Local Government funding 2 – “£1 BILLION SOCIAL CARE FUNDING GAP” – STEVE REED MP
Government cuts that are being imposed means that council tax payers will be forced to pay more while getting less, says Croydon North MP Steve Reed.
In his speech during the debate Mr Reed, who is also shadow minister (communities and local government) said the government have cut some NHS budgets, handed them over to local government to take the blame and included that figure in the core spending power so that it does not look like spending has fallen by so much overall.
“To partly fill the gap, the government’s funding assumptions expect councils to increase council tax by 1.7 pc a year, every year, and on top of that impose a 2 pc social care precept.
“That still leaves a giant £1 billion social care funding gap, which will hit the poorest communities in the country the hardest. “All that adds up to a 20 pc council tax rise over four years—a council tax rise that was designed in Downing Street. “The scale of the Government cuts that are being imposed means that council tax payers will be forced to pay more while getting less.
“As we have heard this afternoon, local government funding under this Government is deeply unfair. “That is illustrated by the fact that the 10 most deprived councils in England have been hit by cuts that are 18 times higher than those for the 10 least deprived councils.
“Research by the Joseph Rowntree Foundation found that during the last Parliament, social care spending fell by £65 per person in the most deprived areas. “We have more frail and older people in need of care, but less and less money to pay for the services they need.
“Even the Tory-led Local Government Association has warned that after the local government settlement, social care will still face a giant £l billion funding black hole by 2020.
“That can mean one of only two things: either more older and disabled people will be denied the vital services that they need, or other vital public services will be cut back even harder to make up the difference.
“That means services such as keeping street lights on at night, filling in potholes, repairing broken pavements, sweeping the streets, removing dumped rubbish, emptying the bins, maintaining parks, providing youth services and children’s centres and keeping libraries and museums open.
“All those things that affect the quality of life of every community are under threat because of the Government’s decisions on funding local services. “I urge the minister to explain whether it is his Government’s policy to close the funding gap and ensure that older people get the care that they deserve—or will he stand back and watch as services are decimated?
“The Government have come up with a cunning plan to cut the NHS while pretending to have kept their promise not to. “Services have been taken out of the NHS and then cut before being handed over to councils in the clear expectation that the councils will take the blame for the chaos that will follow.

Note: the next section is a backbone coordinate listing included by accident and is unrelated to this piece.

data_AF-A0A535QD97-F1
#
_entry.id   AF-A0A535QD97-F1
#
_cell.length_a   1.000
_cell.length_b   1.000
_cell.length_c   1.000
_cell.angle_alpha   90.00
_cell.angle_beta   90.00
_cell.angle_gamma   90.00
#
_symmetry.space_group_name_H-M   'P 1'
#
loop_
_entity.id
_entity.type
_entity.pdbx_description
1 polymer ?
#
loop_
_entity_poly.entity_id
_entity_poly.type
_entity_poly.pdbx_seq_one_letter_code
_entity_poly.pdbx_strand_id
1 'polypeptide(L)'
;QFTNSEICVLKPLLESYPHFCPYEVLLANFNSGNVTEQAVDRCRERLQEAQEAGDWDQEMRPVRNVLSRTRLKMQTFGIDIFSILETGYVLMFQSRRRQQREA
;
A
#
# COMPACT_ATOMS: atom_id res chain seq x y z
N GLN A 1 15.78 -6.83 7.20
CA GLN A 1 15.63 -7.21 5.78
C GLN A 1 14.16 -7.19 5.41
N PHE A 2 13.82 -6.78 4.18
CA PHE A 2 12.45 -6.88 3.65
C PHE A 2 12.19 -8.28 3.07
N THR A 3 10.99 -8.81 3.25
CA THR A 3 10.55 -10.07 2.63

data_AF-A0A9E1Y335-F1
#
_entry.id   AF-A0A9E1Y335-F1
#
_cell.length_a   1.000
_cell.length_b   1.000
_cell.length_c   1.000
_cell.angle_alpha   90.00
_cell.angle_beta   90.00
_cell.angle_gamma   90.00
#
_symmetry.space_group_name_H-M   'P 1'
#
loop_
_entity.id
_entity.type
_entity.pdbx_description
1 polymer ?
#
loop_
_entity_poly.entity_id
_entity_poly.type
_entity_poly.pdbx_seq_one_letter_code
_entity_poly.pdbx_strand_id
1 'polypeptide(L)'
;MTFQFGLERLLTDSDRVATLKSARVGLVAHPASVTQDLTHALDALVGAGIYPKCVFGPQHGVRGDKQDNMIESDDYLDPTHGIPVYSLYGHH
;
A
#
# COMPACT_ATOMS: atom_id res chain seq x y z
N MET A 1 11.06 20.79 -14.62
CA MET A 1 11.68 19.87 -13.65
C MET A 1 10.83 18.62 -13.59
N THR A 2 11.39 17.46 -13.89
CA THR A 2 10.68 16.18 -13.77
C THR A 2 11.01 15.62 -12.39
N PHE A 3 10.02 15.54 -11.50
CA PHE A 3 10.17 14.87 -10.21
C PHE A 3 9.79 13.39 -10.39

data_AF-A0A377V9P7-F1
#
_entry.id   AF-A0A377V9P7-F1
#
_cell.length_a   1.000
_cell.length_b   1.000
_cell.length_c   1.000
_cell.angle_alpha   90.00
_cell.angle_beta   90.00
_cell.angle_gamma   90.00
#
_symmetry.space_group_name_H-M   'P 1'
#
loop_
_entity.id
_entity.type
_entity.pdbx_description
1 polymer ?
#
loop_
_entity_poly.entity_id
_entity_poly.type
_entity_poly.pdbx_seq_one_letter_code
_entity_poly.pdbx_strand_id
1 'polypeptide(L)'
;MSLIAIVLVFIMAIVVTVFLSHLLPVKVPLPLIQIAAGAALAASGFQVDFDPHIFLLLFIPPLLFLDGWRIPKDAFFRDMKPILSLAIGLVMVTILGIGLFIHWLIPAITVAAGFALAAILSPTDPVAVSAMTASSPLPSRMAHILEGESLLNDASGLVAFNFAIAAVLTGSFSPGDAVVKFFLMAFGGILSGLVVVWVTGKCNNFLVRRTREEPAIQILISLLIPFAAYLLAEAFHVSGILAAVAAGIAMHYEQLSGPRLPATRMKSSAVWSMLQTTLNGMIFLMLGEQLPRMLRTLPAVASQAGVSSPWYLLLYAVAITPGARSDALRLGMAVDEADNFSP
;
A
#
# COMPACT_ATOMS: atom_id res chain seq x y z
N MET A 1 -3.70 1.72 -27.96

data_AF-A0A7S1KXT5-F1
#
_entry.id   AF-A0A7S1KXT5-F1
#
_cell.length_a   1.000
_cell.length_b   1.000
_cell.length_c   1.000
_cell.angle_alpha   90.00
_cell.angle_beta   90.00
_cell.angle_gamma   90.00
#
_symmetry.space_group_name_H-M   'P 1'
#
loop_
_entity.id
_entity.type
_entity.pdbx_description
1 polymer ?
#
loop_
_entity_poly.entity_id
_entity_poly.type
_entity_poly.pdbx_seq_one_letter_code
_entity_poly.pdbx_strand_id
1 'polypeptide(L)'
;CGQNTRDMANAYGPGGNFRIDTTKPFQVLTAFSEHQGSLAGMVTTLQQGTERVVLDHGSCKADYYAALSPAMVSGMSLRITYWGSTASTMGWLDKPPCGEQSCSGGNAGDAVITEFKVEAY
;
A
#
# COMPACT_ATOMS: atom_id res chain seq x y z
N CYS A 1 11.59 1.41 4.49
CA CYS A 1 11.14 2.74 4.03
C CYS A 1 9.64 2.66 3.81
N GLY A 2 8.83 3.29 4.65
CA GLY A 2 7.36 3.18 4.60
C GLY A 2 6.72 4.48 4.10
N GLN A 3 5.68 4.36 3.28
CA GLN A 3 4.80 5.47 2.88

“Particularly affected will be treatments for drug and alcohol abuse and work to tackle the country’s obesity crisis and to prevent sexually transmitted infections. “Not only is that a bad idea in health terms, but it makes absolutely no sense in financial terms. “We will all be made to pay the cost of dealing with health crises as they get worse because of short-sighted, short-term funding cuts. “In the words of the LGA, which, let us remember, is led by the Conservative party, these ‘drastic cuts will have a major impact on the many prevention and early intervention services carried out by councils.’
“Labour welcomes the Government’s proposal to allow the full retention of business rates, although we are disappointed that that will not happen before 2020. “Nevertheless, without an effective equalisation measure, the Government’s plans for business rates devolution will make the system even more unequal.
“Without certainty about what further services will have to be paid for, there is no knowing whether it is simply cover for yet more Government cuts.
“Westminster city council accounts for eight per cent of England’s entire business rates intake—that is more than Birmingham, Manchester, Sheffield, Liverpool and Bristol combined.
“The minister promised me in the main chamber that the chancellor would make the equalisation mechanism clear during the autumn statement, but the statement came and went with no announcement.
“Worryingly, the Municipal Journal quotes a senior official saying that the Department for Communities and Local Government has done “no thinking” about how the system will work. “Will the minister explain why not? Does the fact that the department has done no thinking explain why the chancellor did not make the announcement that the minister told me he would?
“The entire financial crisis stemmed from the irresponsible behaviour of the banks, but instead of being open about their response to dealing with it, the government are cutting councils harder and harder while coming up with ever more ingenious ways to try to cover up what they are trying to do.
“By the end of this parliament they will have cut council funding by more than two thirds, with Britain’s poorest communities suffering the biggest cuts. “Unfair funding, council tax hikes and an assault on the quality of life of every community in the country—that is the Tory record on local government funding. It is simply unacceptable.
“I really hope that the minister is in listening mode today, because my goodness, he has had a powerful lesson in the impact of his decisions on communities right across the country.
“I predict that when he responds he will claim that he and the government have protected local government funding, but they have not. “In fact, they have cut £1 in every £3 available to councils as the settlement funding assessment falls by 34 per cent.”
Hansard source (Citation: HC Deb, 3 February 2016, c432WH)